On January 28, USCIS issued new guidance concerning who is qualified for an O-1 (extraordinary ability) visa.. The guidance, in essence, expands the type of evidence that an O-1 candidate may use to show that he or she has extraordinary ability. The new guidance does this mainly by clarifying the meaning of the term "comparable evidence" as used in the O-1 regulations. See:

https://www.uscis.gov/policy-manual/volume-2-part-m-chapter-4#footnote-41

The O-1 regulations, read literally, appear overly narrow and restrictive in listing the types of evidence required to show extraordinary ability. This is especially true in the case of the O-1B visa for people with extraordinary ability in the arts ("artist visa") which will be the subject of this comment.

The regulations list six types of evidence for O-1B qualification. All applicants for this visa (except the very small percentage who have been nominated for or won an Emmy, Grammy or equivalent international award) must meet at least three out of the six requirements, which can be summarized as follows:

a) The O-1 applicant has performed, and will perform, in a "lead or starring" role for organizations that have a distinguished reputation.

b) The O-1 applicant has been the subject of articles or reviews in major publications about his or her achievements.

c) The O-1 applicant has performed, and will perform, in a lead, starring or critical role in distinguished productions or events.

d) The O-1 applicant has had major box office or ratings successes.

e) The O-1 applicant has testimonial letters from experts in his or her field.

f) The O-1 applicant has received, or will receive, a higher salary compared to other people in the same field.

These requirements appear to be skewed toward stage or concert hall performers who are very much in the public eye (there is a separate O-1B category for motion picture and TV performers which I will not go into here). These regulations would appear to discriminate against artists who work mainly behind the scenes, such as people in the fine arts, or fashion or graphic designers whose names are not well known but may work for well known organizations.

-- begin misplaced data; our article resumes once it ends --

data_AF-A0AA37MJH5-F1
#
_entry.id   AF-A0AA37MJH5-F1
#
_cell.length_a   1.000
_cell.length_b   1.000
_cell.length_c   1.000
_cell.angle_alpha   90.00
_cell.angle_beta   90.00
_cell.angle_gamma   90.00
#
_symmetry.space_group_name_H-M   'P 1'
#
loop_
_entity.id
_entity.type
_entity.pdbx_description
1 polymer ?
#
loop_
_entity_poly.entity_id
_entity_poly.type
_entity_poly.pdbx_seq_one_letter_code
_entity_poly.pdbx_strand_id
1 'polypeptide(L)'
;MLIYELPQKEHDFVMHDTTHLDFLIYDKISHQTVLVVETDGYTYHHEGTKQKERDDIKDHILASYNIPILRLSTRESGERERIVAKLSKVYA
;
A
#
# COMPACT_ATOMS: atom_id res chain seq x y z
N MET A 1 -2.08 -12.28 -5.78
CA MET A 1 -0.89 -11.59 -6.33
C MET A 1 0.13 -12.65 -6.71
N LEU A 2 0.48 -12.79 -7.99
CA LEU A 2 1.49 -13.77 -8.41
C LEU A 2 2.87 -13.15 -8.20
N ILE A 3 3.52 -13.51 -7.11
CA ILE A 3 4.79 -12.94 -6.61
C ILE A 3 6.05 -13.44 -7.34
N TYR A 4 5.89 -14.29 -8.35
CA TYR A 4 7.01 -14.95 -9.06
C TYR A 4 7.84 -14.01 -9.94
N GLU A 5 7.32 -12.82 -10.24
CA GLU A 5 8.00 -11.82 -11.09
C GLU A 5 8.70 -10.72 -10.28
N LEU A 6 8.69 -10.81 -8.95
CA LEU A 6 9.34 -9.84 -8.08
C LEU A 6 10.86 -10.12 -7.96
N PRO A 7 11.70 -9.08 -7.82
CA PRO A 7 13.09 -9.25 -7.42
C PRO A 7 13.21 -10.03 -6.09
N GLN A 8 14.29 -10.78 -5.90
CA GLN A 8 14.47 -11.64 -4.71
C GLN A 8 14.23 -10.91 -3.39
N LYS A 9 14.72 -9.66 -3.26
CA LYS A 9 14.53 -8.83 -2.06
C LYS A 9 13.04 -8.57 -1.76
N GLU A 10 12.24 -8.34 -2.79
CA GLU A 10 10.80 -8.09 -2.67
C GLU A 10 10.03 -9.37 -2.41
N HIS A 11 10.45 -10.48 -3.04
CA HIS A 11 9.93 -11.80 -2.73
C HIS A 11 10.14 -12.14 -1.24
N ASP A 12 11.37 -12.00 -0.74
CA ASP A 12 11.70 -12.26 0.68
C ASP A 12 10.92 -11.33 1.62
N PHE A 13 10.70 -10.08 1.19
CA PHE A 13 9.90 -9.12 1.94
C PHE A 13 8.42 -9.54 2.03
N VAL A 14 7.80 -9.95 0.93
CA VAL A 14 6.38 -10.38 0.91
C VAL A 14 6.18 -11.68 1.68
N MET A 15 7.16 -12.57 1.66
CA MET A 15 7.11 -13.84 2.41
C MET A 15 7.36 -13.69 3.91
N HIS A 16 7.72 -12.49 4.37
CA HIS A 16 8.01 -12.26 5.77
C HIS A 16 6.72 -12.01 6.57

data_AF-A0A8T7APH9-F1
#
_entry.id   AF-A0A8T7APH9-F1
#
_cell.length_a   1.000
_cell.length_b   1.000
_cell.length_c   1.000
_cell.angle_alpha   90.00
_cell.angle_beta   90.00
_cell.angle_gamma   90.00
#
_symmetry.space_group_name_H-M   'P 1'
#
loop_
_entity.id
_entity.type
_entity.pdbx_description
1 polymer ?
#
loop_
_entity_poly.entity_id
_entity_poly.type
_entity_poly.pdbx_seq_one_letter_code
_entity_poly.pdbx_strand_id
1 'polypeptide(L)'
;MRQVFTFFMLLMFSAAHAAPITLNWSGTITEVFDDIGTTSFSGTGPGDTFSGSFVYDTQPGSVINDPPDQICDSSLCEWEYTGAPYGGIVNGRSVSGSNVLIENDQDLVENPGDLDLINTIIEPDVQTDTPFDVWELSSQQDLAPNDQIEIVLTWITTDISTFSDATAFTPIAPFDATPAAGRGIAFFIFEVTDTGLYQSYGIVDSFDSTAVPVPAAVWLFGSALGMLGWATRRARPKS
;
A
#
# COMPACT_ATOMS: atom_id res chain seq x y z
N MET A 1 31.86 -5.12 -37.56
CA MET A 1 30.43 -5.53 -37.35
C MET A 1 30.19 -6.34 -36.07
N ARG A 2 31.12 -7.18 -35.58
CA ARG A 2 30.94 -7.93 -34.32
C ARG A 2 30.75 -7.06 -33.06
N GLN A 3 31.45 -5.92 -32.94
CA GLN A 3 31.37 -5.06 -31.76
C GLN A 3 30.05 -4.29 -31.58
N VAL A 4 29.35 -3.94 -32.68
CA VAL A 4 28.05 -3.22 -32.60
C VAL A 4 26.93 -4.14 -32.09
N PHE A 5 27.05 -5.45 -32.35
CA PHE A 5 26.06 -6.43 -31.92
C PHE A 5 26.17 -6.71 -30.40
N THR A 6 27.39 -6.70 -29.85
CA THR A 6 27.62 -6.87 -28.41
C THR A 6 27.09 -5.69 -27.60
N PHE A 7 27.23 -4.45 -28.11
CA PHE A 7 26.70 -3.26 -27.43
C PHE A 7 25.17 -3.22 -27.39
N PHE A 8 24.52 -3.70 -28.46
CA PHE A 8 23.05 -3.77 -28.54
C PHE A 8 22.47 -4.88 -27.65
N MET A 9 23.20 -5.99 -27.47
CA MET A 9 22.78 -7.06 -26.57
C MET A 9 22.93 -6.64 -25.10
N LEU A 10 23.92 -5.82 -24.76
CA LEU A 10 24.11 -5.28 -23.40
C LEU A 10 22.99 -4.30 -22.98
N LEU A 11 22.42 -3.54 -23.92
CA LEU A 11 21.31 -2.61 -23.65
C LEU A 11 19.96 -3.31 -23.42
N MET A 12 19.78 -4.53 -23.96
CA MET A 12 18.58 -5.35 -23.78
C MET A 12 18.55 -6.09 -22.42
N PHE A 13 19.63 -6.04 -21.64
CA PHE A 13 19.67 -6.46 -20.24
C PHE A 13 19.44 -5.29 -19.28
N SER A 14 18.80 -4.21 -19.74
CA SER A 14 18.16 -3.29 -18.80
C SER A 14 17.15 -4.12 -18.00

In these situations the concept of "comparable evidence" as defined in the O-1 regulations, becomes important. The above USCIS guidance describes the use of O-1 "comparable evidence" as follows:

"Petitioners should submit evidence outlined in the evidentiary criteria if the criteria readily apply to the beneficiary's occupation. However, if the petitioner establishes that a particular criterion is not readily applicable to the beneficiary's occupation, the petitioner may then use the comparable evidence provision..."

This raises the question of how to show that a particular one of the six O-1B standards listed above dose not apply to the particular O-1B case involved, but there is a "comparable" type of evidence which does,apply. To give the example of an unknown fashion designer working behind the scenes for a well known fashion company that I mentioned above, showing that he or she is or was a "lead or starring" participant in a ""production or event" that has a distinguished reputation may be difficult,

Working at one's desk day after day designing fashion products would not meet the literal definition of a "production or event". But if the fashion item or items that the person designs is then marketed or soled by a well known retailer and attracts favorable reviews or following among the public, the item or items in question could be considered as "comparable" to a distinguished "production" or "event".

Indeed, in my own O-1 practice, even before the release of the above USCIS guidance, I made a similar argument in a fashion designer O-1B case and received an approval, even though the person was at a relatively early career stage and virtually unknown to all but a select group of fashion experts.

In a forthcoming post, I will discuss some other ways in which people who work only behind the scenes and ar no known to the general public can gain O-1 AA or O-1b approval.


Roger Algase
Attorney at Law

Roger Algase is a New York-based attorney and graduate of Harvard College and Harvard Law School who has been representing O-1, H-1B, PERM Labor Certification and other skilled worker immigration clients for more than 25 years.